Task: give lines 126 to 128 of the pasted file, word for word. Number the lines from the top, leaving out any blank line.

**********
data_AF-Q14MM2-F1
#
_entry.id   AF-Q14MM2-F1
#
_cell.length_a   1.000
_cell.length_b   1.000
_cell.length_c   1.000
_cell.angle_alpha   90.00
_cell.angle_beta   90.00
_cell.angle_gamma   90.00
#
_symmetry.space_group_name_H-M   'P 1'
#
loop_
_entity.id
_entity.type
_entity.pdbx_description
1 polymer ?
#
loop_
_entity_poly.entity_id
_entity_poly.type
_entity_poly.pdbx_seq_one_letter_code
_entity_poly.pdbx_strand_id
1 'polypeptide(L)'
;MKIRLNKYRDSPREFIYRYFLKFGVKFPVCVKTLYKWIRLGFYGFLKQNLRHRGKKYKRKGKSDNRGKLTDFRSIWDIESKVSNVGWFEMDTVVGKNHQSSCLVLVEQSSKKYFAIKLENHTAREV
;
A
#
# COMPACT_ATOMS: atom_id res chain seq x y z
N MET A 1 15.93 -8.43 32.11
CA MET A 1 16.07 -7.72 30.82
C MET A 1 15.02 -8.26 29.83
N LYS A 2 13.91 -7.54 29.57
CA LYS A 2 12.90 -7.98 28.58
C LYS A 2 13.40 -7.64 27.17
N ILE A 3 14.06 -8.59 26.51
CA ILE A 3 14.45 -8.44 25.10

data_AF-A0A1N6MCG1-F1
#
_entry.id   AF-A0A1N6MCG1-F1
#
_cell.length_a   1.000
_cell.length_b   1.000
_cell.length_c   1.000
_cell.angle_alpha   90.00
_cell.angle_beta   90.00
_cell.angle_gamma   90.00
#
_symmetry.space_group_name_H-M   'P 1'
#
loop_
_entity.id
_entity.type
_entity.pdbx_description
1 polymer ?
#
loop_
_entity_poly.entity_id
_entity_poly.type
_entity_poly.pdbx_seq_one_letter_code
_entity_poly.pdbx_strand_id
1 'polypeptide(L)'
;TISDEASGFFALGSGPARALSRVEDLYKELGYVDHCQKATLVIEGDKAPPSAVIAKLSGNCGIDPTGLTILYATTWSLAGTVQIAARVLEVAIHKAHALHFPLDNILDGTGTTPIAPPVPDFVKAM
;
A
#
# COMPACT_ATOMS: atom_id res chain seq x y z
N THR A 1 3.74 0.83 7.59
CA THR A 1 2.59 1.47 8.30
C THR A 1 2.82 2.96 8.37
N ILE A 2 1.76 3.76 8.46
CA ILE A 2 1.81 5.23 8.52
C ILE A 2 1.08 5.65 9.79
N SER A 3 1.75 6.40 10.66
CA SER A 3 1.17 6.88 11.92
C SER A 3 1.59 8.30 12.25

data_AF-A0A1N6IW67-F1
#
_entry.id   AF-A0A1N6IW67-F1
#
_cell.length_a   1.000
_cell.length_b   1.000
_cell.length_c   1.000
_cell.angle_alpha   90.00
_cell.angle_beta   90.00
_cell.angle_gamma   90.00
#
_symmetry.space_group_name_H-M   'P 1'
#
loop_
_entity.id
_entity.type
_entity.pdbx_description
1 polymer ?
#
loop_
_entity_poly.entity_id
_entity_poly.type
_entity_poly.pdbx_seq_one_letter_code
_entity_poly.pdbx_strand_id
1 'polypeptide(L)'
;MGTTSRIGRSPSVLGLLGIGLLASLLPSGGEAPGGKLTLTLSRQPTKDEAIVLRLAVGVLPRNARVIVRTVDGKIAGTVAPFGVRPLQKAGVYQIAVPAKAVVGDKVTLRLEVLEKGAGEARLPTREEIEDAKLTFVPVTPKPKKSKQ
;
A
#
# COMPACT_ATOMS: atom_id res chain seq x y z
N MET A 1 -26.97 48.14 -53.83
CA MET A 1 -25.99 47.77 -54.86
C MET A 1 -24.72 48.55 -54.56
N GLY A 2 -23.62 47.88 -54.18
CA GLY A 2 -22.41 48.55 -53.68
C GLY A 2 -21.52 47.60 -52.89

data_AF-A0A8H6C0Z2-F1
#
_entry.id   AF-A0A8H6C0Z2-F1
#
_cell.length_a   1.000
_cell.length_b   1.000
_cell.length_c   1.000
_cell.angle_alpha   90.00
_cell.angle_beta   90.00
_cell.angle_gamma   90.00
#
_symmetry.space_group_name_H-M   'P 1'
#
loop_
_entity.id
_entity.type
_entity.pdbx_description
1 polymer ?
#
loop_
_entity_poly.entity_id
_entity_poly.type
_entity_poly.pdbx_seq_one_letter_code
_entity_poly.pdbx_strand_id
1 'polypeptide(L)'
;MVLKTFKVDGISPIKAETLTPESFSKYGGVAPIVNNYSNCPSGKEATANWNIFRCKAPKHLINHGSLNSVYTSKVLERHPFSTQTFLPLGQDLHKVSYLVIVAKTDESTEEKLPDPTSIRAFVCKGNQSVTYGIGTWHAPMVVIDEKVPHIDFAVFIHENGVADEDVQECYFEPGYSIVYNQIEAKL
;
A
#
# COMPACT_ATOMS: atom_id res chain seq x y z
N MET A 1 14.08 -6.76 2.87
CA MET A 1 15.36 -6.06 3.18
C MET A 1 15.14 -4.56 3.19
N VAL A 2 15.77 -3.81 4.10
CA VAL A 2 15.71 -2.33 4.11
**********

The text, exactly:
#
loop_
_entity.id